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One Town's Long Wait For The Turkmen President

  • Bruce Pannier

Turkmen President Gurbanguly Berdymukhammedov is known for wanting the places he visits to be spick- and-span. (file photo)

Turkmen President Gurbanguly Berdymukhammedov is known for wanting the places he visits to be spick- and-span. (file photo)

Pity the residents of Turkmenabat. The word went out some two months ago that Turkmen President Gurbanguly Berdymukhammedov would be visiting.

Unfortunately, that message did not specify exactly when the head of state would arrive.

Upon learning of the planned visit, local authorities leaped into action to make Turkmenabat presentable. There were preparations to be made for the arrival at the local airport, streets to be cleaned, walls to be painted, decorations for the route the presidential cortege would take and all the buildings that Arkadag (Protector), as he is called, would visit, as well as rehearsals for the obligatory performances required when Berdymukhammedov showed up to greet his, according to state media, adoring people.

After the initial announcement of Arkadag's impending visit, there was no clarification of the date until June 25, when he actually arrived.

The absence of a specific date forced officials to develop a daily routine of ensuring all the preparations made weeks ago were preserved.

Berdymukhammedov is known for wanting to see sparkling, immaculate buildings as he travels and smiling faces when he reaches his destination, and those who fail to ensure this quickly find out that the Protector only bestows his beneficence upon those who please him.

So in Turkmenabat every day the streets were cleaned, the walls of buildings along his route were inspected to see if they needed more cleaning or painting (and we have some good pictures of this below), decorations were checked again, and dozens of other details were reviewed one more time.

Before we feel too sorry for the local officials, let's consider the life of Turkmenabat's residents for the last two months.

They could not hang anything on balconies in areas the president would pass through, since Arkadag does not like laundry or anything else marring or masking the architecture.

The streets Berdymukhammedov was due to travel on, the main streets of the city, were closed for several hours every day for cleaning.

No one could park their car along those streets, something also true every day along Berdymukhammedov's route to and from work in the capital, Ashgabat.

Anyone participating in the performances -- of dance and song -- had to rehearse each day, another reason for areas being closed off to the public. It also meant these performers had to leave work or school each day for these rehearsals, which could last hours and were recently being conducted in temperatures of around 40 degrees Celsius.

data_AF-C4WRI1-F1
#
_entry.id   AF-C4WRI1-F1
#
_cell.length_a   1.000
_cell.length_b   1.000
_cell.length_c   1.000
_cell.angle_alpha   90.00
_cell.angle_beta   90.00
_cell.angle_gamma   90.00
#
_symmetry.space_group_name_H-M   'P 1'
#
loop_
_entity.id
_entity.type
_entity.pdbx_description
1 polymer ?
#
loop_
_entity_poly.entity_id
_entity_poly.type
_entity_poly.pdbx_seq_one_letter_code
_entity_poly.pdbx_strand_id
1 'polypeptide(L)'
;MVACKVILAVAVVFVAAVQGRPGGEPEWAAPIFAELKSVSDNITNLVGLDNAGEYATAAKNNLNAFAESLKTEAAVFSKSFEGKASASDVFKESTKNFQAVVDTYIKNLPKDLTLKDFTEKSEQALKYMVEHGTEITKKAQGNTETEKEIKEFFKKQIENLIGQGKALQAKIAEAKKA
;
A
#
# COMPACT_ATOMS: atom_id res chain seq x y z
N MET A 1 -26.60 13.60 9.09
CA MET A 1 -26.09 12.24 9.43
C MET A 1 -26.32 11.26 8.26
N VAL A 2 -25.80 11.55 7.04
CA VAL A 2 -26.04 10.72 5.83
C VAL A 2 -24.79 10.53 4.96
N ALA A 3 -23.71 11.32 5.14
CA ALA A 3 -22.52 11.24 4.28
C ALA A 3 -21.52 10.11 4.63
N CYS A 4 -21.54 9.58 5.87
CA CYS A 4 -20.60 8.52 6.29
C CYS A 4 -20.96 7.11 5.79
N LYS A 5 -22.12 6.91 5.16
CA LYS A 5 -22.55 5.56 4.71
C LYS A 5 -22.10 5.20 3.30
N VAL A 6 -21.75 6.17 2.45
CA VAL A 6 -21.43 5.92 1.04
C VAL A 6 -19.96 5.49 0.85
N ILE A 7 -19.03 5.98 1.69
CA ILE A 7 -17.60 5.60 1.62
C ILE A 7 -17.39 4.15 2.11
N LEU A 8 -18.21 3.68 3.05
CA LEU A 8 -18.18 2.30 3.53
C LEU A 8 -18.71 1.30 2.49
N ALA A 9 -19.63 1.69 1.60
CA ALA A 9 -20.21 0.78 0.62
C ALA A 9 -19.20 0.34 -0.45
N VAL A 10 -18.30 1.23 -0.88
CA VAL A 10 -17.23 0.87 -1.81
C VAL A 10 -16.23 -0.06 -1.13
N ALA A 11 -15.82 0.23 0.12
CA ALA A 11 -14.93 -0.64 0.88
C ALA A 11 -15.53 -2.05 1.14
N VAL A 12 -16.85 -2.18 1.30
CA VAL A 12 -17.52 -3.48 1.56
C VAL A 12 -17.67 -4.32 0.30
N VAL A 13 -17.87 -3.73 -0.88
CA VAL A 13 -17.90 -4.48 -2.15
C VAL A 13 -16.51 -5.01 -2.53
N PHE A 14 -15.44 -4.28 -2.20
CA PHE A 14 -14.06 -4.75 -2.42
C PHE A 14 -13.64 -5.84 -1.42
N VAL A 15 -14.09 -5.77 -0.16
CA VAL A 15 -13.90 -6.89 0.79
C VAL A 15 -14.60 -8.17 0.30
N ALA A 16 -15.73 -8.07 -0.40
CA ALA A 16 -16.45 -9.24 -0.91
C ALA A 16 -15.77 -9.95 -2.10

One thing was nearly certain: Now that Arkadag has shown up, he can expect to receive an enthusiastic greeting -- if for no other reason than the people of Turkmenabat know their lives are finally about to return to normal, or as normal as life can be in Turkmenistan today.

And now some photos. RFE/RL's Turkmen Service obtained some pictures of the route and the venues, and those pictures also provide us with a "Potemkin Village," Turkmen-style.

Street cleaning vehicles in Turkmenabat ahead of the president's visit

Street cleaning vehicles in Turkmenabat ahead of the president's visit

A street along Berdymukhammedov's route into Turkmenabat shows signs of a recent spruce-up.

A street along Berdymukhammedov's route into Turkmenabat shows signs of a recent spruce-up.

The back side of a building along Berdymukhammedov's route

The back side of a building along Berdymukhammedov's route

-- Turkmen Service Director Muhammad Tahir contributed to this report

About This Blog

Qishloq Ovozi is a blog by RFE/RL Central Asia specialist Bruce Pannier that aims to look at the events that are shaping Central Asia and its respective countries, connect some of the dots to shed light on why those processes are occurring, and identify the agents of change. Content will draw on the extensive knowledge and contacts of RFE/RL's Central Asian services but also allow scholars in the West, particularly younger scholars who will be tomorrow’s experts on the region, opportunities to share their views on the evolving situation at this Eurasian crossroad. The name means "Village Voice" in Uzbek. But don't be fooled, Qishloq Ovozi is about all of Central Asia.

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